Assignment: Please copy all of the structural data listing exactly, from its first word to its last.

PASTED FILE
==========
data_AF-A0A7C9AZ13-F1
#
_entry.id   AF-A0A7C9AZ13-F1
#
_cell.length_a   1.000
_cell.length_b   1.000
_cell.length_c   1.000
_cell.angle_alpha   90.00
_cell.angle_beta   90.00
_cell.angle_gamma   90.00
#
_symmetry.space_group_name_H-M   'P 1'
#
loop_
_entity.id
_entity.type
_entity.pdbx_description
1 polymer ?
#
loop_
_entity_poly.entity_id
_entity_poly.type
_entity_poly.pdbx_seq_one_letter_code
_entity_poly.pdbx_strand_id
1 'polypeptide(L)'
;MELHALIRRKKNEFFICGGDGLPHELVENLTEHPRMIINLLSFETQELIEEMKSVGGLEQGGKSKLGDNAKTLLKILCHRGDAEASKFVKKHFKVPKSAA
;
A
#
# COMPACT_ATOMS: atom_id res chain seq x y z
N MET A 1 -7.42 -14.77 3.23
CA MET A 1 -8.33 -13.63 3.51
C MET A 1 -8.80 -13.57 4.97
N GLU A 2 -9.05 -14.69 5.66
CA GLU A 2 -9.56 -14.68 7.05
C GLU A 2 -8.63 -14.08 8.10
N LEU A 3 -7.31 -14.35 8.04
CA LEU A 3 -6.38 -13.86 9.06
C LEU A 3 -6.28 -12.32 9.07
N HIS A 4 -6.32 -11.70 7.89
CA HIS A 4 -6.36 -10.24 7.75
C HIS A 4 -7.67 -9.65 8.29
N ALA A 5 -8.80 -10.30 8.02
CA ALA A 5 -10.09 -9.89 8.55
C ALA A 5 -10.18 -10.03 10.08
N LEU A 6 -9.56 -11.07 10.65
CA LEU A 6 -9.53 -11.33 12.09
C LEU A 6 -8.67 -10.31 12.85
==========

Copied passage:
data_AF-A0A7C9AZ13-F1
#
_entry.id   AF-A0A7C9AZ13-F1
#
_cell.length_a   1.000
_cell.length_b   1.000
_cell.length_c   1.000
_cell.angle_alpha   90.00
_cell.angle_beta   90.00
_cell.angle_gamma   90.00
#
_symmetry.space_group_name_H-M   'P 1'
#
loop_
_entity.id
_entity.type
_entity.pdbx_description
1 polymer ?
#
loop_
_entity_poly.entity_id
_entity_poly.type
_entity_poly.pdbx_seq_one_letter_code
_entity_poly.pdbx_strand_id
1 'polypeptide(L)'
;MELHALIRRKKNEFFICGGDGLPHELVENLTEHPRMIINLLSFETQELIEEMKSVGGLEQGGKSKLGDNAKTLLKILCHRGDAEASKFVKKHFKVPKSAA
;
A
#
# COMPACT_ATOMS: atom_id res chain seq x y z
N MET A 1 -7.42 -14.77 3.23
CA MET A 1 -8.33 -13.63 3.51
C MET A 1 -8.80 -13.57 4.97
N GLU A 2 -9.05 -14.69 5.66
CA GLU A 2 -9.56 -14.68 7.05
C GLU A 2 -8.63 -14.08 8.10
N LEU A 3 -7.31 -14.35 8.04
CA LEU A 3 -6.38 -13.86 9.06
C LEU A 3 -6.28 -12.32 9.07
N HIS A 4 -6.32 -11.70 7.89
CA HIS A 4 -6.36 -10.24 7.75
C HIS A 4 -7.67 -9.65 8.29
N ALA A 5 -8.80 -10.30 8.02
CA ALA A 5 -10.09 -9.89 8.55
C ALA A 5 -10.18 -10.03 10.08
N LEU A 6 -9.56 -11.07 10.65
CA LEU A 6 -9.53 -11.33 12.09
C LEU A 6 -8.67 -10.31 12.85